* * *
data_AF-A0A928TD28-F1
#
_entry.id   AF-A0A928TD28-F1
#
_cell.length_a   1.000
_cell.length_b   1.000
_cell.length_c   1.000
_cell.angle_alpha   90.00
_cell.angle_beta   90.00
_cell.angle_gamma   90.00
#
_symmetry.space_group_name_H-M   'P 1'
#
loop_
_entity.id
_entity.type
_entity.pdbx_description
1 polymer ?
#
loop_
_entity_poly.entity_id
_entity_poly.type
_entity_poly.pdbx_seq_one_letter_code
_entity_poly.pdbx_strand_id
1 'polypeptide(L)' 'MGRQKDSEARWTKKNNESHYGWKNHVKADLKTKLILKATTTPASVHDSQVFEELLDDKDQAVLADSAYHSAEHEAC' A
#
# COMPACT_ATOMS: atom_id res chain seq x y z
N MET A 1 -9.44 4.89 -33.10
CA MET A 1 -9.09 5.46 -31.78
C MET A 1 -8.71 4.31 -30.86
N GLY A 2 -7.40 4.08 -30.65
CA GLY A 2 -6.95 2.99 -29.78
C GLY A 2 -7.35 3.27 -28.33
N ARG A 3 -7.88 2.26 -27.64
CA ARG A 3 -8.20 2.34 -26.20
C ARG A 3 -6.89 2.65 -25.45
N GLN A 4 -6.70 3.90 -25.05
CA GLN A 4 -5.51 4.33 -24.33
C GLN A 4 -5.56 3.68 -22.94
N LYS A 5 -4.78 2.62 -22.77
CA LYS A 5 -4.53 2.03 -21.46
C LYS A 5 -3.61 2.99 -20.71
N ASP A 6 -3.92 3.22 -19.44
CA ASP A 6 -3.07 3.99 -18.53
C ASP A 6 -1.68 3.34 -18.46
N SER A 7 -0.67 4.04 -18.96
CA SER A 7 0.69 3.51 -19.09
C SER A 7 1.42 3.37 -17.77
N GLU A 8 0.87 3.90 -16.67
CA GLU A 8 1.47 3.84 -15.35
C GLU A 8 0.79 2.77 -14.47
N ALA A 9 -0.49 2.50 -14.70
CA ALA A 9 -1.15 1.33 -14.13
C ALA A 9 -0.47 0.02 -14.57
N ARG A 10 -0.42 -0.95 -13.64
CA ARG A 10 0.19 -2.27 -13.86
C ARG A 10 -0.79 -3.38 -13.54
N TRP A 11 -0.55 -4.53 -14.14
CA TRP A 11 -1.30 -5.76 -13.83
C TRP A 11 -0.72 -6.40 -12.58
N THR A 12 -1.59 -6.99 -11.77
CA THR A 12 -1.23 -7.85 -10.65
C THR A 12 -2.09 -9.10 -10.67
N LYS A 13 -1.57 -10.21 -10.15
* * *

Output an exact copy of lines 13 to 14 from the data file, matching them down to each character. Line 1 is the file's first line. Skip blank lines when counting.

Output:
#
loop_